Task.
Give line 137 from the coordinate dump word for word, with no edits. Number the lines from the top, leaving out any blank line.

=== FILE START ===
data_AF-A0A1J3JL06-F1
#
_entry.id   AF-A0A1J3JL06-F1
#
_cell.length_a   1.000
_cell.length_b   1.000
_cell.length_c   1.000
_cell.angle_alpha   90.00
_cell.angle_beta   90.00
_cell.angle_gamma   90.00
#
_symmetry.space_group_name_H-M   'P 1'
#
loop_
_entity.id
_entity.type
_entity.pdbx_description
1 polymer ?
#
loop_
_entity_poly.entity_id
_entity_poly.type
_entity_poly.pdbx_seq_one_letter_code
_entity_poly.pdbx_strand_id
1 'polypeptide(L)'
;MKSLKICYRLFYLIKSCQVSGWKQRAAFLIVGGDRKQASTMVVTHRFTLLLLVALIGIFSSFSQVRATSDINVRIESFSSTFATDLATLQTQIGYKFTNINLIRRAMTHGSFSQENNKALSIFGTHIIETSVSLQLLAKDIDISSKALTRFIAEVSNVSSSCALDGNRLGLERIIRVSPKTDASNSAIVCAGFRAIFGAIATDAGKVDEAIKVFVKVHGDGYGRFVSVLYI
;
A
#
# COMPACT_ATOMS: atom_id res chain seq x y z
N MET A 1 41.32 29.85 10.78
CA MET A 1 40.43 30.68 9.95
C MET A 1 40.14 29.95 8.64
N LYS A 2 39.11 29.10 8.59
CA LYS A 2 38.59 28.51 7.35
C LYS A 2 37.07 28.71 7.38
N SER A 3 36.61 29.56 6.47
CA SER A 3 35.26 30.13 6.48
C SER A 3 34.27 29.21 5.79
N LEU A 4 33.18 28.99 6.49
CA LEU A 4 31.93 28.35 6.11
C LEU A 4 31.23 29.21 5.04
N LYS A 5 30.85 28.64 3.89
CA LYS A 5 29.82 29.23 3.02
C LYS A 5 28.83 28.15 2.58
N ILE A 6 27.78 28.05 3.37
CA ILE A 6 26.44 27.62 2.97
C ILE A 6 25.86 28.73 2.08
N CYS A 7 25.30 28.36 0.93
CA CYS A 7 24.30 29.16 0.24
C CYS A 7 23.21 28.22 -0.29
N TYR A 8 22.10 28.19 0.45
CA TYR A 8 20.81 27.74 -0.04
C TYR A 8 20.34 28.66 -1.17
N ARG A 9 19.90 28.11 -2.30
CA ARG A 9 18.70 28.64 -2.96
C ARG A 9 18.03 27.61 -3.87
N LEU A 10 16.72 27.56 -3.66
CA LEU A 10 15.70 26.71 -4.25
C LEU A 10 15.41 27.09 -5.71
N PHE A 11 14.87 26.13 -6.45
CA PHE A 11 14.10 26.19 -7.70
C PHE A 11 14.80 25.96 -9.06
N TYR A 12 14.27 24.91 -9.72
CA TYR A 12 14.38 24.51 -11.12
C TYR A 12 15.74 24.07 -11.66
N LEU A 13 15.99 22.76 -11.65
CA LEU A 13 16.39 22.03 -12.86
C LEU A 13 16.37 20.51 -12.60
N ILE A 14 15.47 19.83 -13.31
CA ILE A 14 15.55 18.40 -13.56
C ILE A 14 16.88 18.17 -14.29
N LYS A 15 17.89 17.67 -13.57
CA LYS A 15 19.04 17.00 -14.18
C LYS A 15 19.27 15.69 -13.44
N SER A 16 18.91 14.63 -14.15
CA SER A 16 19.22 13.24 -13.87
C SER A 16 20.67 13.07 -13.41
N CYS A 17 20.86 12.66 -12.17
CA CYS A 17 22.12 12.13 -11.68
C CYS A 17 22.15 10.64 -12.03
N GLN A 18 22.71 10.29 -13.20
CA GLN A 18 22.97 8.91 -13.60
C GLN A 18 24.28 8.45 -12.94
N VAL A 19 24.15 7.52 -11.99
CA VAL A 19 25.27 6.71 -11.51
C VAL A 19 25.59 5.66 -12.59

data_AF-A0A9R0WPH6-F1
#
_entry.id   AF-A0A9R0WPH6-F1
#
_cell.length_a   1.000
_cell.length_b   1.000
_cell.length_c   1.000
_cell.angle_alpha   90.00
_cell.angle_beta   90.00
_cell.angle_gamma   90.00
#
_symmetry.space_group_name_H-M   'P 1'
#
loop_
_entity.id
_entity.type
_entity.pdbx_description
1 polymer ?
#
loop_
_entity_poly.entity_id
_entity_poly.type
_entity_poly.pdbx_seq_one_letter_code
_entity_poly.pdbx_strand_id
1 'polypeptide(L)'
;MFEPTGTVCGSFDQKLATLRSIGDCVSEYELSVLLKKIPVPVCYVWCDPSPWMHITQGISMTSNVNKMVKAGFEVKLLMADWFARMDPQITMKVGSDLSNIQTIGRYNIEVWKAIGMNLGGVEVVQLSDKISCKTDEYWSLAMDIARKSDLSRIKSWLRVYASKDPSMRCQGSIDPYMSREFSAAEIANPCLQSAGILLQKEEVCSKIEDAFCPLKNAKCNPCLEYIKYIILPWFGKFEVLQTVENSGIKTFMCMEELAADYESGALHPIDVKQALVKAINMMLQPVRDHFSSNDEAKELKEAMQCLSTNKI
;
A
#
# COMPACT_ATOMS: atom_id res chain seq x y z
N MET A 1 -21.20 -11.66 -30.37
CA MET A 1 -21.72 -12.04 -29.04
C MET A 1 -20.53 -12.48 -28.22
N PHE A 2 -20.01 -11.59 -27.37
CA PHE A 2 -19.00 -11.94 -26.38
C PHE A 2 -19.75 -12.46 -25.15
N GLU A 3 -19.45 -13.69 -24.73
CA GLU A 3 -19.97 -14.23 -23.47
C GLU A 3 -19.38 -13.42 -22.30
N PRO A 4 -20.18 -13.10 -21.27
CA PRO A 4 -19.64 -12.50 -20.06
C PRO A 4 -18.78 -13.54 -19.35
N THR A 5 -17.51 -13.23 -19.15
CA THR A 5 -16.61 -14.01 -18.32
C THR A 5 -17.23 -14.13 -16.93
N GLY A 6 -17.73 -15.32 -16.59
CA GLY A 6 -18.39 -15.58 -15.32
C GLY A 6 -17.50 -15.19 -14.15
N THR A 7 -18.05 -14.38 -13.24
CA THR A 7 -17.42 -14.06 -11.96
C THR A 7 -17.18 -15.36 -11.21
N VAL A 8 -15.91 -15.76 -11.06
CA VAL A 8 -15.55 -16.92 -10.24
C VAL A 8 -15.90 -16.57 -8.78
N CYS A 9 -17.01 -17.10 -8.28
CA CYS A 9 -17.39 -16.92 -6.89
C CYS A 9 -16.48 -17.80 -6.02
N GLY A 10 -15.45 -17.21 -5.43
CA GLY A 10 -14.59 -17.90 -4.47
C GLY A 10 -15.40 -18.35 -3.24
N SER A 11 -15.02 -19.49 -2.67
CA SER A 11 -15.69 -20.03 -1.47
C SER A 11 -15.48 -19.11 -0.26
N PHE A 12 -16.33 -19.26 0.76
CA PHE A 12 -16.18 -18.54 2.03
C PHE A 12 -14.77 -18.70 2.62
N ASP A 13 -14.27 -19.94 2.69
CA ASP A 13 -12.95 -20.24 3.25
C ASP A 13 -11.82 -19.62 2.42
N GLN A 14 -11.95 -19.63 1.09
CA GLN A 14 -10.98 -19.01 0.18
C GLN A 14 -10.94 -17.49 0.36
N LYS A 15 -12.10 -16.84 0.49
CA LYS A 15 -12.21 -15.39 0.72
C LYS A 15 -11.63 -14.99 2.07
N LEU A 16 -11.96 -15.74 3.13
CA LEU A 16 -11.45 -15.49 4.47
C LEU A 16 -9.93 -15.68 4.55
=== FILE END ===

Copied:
CA THR A 7 -17.42 -14.06 -11.96